Startup accelerators are growing in popularity and demand throughout the world with the increase in the number of startups globally. Almost every accelerator program that offers various amenities for the startups end with the final Demo Day. A Demo Day is an event where the graduating startups or the young entrepreneurs present their fully molded business plans to the prospective investors to raise funds.
The Demo Days are open to investors, relevant industry leaders and other entrepreneurs who are part of the accelerator’s network. At best, it is a display of new and interesting startups. At worst, it is a collage of meaningless big numbers, immature promises to change the world and unrealistic sales pitches. In any way, it is a performance, meant to keep energy high and investors intrigued. The event usually involves live multimedia presentations by the founders, followed by internal networking event where the graduating startup founders and attendees can meet. The day is crucial for every startup that graduate from the accelerator program. If the day goes well for a startup, it can lead to rapid funding of their company and numerous business networks, assuring a strong position in the market.
The ultimate goal of an accelerator’s demo day is to secure venture capital funds for its graduating batch of startup companies. Since the JOBS Act, which was passed in 2012 to further democratize startups’ access to capital, has freed the rules around general solicitation, many startups opening beg by ending their presentations with slides like ‘we need this much and have already raised this much. To help us reach the rest, talk to us afterwards.’
However, despite the fund-raising, the other main goal of the demo day is to promote the accelerator themselves and to market and justify their existence. Quite recently, accelerators have gone through a phase of skepticism and doubt. The early success of Silicon Valley’s most renowned accelerator Y Combinator produced mass copycat programs around the country with differences in the quality offered. But Y Combinator failed to replicate its early success with Dropbox and Airbnb. In 2012, the accelerator scaled back its program, making a note that it had risen too fast.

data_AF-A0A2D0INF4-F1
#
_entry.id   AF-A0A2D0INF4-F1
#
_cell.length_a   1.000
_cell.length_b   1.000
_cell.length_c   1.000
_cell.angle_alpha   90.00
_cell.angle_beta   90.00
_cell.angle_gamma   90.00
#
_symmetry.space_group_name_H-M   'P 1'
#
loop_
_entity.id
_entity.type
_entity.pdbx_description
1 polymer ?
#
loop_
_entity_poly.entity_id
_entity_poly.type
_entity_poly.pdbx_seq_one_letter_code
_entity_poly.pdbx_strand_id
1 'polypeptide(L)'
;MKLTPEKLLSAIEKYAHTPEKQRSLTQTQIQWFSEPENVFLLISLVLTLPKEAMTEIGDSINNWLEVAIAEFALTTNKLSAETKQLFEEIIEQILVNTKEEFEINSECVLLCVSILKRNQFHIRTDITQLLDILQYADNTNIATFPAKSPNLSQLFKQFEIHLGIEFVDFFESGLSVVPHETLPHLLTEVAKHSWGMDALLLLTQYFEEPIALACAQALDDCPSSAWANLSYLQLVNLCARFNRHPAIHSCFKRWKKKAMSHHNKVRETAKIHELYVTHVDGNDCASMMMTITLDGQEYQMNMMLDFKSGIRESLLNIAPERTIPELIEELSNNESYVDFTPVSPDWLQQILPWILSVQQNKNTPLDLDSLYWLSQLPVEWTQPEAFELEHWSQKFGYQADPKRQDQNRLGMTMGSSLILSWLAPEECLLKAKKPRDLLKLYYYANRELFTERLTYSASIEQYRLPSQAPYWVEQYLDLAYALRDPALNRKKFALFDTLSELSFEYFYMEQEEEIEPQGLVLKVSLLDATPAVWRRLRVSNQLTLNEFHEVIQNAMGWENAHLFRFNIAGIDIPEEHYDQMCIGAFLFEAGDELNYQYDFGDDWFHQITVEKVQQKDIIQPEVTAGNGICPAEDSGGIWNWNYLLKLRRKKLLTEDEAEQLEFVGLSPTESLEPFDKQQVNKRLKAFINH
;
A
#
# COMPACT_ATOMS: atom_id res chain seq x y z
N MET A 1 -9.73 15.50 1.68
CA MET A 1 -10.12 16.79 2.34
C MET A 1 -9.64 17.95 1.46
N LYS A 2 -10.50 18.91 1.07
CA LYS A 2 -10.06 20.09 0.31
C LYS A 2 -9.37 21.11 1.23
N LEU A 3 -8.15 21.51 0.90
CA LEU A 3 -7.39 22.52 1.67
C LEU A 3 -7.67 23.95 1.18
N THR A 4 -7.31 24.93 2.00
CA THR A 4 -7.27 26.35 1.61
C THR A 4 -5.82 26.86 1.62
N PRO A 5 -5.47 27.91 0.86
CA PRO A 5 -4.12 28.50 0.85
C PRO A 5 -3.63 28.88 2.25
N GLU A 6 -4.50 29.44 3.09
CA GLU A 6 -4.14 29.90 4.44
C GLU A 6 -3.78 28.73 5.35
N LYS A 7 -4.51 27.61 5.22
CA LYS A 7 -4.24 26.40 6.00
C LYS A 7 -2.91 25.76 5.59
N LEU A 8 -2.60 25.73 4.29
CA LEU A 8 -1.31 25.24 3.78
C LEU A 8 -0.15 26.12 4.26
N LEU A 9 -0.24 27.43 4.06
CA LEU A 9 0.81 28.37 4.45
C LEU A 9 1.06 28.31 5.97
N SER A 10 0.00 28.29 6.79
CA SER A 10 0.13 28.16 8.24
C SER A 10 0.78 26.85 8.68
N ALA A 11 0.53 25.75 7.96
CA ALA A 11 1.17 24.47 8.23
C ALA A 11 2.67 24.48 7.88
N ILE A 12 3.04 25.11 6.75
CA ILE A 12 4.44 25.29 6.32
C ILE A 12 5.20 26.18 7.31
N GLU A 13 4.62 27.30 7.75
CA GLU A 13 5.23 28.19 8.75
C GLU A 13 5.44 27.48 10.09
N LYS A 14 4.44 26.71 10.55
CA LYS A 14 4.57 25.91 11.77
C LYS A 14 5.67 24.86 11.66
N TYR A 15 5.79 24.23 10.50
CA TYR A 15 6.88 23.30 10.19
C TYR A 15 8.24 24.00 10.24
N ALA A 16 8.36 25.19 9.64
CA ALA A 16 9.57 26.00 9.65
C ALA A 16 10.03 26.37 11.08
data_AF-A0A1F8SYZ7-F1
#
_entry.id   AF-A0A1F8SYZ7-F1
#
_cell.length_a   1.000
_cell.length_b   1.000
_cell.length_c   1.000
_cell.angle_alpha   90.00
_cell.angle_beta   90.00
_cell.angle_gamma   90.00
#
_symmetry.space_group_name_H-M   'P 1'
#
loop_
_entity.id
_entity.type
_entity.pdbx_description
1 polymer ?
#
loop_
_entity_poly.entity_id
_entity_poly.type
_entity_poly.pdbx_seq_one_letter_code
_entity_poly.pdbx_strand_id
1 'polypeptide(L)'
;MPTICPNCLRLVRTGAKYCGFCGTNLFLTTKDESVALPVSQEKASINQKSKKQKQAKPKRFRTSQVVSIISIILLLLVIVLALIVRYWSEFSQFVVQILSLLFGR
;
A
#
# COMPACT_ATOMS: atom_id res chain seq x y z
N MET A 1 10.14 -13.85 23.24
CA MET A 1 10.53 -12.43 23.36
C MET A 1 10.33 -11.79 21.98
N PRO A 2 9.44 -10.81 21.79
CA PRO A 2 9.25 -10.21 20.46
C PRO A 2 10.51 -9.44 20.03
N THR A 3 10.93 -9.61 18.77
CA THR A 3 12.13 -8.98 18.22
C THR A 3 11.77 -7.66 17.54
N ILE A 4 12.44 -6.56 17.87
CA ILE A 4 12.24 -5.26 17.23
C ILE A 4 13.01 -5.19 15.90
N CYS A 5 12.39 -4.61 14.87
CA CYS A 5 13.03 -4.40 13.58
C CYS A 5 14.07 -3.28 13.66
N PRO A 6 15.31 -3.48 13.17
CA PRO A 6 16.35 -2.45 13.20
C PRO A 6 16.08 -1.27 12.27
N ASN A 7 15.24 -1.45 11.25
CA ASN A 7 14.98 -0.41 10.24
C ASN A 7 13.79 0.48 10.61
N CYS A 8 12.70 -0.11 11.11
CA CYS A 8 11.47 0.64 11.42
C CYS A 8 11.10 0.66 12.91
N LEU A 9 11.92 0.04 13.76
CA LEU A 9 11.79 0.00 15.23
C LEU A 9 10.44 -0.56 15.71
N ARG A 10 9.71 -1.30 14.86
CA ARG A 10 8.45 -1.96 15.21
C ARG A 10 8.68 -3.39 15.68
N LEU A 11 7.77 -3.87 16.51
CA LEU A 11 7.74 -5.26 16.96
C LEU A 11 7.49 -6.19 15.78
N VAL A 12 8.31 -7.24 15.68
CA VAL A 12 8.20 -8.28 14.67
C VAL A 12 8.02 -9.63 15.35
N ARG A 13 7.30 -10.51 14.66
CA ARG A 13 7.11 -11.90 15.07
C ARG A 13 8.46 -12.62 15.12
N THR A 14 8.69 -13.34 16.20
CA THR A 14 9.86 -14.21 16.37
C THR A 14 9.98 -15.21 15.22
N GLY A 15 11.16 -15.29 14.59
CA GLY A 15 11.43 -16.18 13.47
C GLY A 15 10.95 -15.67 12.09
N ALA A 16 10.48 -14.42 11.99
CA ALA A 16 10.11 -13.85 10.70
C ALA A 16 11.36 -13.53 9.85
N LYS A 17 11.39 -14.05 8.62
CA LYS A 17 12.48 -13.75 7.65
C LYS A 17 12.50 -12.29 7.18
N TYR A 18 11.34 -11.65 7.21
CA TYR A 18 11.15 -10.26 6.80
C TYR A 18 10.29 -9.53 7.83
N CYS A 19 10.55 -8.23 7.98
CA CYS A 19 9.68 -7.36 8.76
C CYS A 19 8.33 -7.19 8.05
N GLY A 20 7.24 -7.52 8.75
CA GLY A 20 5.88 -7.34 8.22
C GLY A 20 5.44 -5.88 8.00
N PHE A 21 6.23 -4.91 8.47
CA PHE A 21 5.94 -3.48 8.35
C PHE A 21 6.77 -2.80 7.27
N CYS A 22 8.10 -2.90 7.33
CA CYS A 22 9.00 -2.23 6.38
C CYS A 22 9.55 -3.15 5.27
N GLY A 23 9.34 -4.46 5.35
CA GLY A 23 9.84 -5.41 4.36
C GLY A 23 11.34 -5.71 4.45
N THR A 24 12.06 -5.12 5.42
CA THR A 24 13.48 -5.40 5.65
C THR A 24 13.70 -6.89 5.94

The event starts with the formal welcome speech to address the gatherings and followed by the startup entrepreneurs to present their company to the gathered crowd. Generally it is in an open gathering, but in some accelerator program like Oxygen the graduating entrepreneurs are made to pitch-in in an intimate room where investors have the chance to ask in-depth questions for a better understanding. The entrepreneurs get a chance to pitch to 3 to 4 different groups of investors in succession, giving one in-depth exposure to a wider group and also ensuring that the investors who are interested can have more time with those startups. At Oxygen, the graduating entrepreneurs are given another chance to pitch in to a public audience at the grand finale showcase event.
In other accelerator programs, the event is more open where the participants are given not more than five minutes to pitch and followed by the short Q&A session from the audience. Once the formal presentation is over, the real meeting of the startups and the prospective investors happen to raise funds. Food and drinks are served during the event for the participants and the guests.
The demo day end with the grand finale of declaring the startups and the funds raised by them on the day. Apart from raising funds, the demo day gives the companies a change to mingle with the prospective investors and understand their wants better. It also allows the startups to get more interesting business connections and networks. In general, demo day is a one day program but for some it may even last up to three days. It is a day to portray the real world after vigorous training for three months.
Demo Day events are widely covered by the press, both national and local and numerous bloggers. These days have been a staple of the startup and early-stage VC ecosystem for almost a decade.